Swine experts discuss sow-care challenges, solutions and future needs
The sow herd is the engine that drives a hog farm’s downstream productivity. But since the 1990s, sow mortality has been on the rise across the country. In 1993, the average annual sow mortality rate among US herds was 4.3%; by 2017, it was nearly 10%.
Add in the disturbing and confusing trend of rising pelvic organ prolapses that surfaced around 2014, and sow mortality became a top priority for producers, swine veterinarians and researchers alike.
“High mortality among US sow herds is not only economically damaging, it jeopardizes the public’s trust and expectation of ethical treatment and care of food-production animals,” said Lucina Galina, DVM, director of swine technical services for Zoetis.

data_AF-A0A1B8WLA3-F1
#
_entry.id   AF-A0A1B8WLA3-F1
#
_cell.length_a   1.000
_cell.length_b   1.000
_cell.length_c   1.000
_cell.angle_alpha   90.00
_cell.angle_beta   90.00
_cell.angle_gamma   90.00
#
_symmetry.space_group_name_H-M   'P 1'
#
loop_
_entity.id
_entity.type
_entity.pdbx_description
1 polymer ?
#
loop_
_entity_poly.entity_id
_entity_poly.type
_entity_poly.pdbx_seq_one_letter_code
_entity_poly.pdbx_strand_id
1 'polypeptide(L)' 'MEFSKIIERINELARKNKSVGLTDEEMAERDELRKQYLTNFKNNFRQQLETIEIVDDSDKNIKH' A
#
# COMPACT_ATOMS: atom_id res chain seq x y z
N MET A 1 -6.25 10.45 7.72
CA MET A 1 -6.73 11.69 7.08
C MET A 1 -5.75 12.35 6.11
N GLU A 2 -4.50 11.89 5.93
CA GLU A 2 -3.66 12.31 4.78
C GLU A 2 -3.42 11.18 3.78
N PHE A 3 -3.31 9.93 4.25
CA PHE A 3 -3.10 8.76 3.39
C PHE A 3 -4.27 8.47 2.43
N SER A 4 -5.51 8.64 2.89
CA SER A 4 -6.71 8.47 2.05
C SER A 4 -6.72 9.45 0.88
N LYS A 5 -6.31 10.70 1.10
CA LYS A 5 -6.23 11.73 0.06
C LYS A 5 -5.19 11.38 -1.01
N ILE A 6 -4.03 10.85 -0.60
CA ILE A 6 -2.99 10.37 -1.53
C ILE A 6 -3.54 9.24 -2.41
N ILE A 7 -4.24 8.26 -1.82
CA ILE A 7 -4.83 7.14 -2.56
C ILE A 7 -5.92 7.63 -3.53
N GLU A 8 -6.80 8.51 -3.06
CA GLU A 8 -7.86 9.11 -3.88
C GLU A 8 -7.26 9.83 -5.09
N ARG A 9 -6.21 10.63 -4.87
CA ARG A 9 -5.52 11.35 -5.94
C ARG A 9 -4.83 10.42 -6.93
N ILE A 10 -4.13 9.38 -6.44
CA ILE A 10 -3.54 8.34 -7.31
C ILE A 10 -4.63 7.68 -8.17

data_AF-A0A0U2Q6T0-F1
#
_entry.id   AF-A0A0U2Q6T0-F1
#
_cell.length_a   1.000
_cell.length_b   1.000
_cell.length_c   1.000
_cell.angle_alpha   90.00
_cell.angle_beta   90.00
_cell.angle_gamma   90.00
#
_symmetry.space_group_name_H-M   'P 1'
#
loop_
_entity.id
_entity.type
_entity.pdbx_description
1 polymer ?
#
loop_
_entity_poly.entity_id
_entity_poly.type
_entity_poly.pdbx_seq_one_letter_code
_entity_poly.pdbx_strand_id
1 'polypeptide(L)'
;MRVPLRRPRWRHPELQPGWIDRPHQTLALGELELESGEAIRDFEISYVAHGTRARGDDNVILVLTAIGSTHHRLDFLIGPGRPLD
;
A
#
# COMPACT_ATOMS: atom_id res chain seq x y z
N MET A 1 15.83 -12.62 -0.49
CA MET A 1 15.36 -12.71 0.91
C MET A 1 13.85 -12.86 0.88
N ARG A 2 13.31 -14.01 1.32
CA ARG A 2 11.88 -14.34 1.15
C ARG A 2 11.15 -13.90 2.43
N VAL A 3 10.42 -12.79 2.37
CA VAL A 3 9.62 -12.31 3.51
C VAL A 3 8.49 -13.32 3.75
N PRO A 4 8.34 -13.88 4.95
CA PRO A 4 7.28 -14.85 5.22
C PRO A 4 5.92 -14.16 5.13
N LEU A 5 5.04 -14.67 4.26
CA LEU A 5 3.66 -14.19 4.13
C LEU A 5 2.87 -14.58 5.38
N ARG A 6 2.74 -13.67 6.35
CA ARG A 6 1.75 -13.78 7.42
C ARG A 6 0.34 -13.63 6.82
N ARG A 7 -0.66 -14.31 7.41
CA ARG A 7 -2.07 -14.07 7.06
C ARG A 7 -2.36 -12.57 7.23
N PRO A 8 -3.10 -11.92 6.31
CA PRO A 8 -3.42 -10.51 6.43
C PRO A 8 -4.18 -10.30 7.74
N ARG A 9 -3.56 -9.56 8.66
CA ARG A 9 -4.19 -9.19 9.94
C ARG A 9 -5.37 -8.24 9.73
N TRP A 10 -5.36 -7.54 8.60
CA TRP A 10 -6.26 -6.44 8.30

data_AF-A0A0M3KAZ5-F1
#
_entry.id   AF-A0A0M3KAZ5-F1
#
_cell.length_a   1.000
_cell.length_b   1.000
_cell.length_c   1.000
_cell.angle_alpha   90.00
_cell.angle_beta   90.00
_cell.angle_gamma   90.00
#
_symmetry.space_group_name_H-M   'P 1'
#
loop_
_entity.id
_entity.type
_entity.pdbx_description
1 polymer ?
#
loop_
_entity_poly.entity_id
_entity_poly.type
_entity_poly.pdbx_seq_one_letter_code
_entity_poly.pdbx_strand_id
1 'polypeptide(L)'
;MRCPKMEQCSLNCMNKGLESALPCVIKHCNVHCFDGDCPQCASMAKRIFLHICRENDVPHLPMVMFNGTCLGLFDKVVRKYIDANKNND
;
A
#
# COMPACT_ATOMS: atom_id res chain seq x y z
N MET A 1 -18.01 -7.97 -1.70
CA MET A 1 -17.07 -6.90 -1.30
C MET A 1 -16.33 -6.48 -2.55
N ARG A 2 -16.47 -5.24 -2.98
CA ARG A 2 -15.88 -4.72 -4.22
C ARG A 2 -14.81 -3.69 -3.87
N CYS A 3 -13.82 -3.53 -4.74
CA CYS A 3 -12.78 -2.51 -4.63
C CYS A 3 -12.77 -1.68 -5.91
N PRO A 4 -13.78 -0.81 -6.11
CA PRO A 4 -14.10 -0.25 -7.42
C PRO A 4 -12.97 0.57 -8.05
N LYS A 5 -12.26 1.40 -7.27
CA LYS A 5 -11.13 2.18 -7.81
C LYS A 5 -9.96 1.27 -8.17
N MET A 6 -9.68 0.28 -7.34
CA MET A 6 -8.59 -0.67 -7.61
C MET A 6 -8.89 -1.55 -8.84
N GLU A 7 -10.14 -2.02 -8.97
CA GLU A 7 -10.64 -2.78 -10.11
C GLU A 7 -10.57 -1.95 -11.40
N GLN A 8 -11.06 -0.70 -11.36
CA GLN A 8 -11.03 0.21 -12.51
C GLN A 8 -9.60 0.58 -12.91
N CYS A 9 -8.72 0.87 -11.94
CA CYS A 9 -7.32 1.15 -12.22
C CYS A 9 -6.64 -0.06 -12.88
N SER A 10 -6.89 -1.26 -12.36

To help the US pork industry address sow care, well-being and survivability, Zoetis brought together a panel of swine veterinarians, researchers and a swine production and data management expert to share their experiences and ideas. The roundtable, “Optimum sow care: Keys to improving well-being and longevity,” digs into sow mortality trends, research, gilt selection, recordkeeping, caregiver training and more.
“Readers will find valuable and practical ideas that can help stem the tide of sow mortality,” Galina said.
Pig Health Today editors covered the session and developed a 32-page booklet with highlights from the discussion. For a free copy, click here.
Posted on May 19, 2021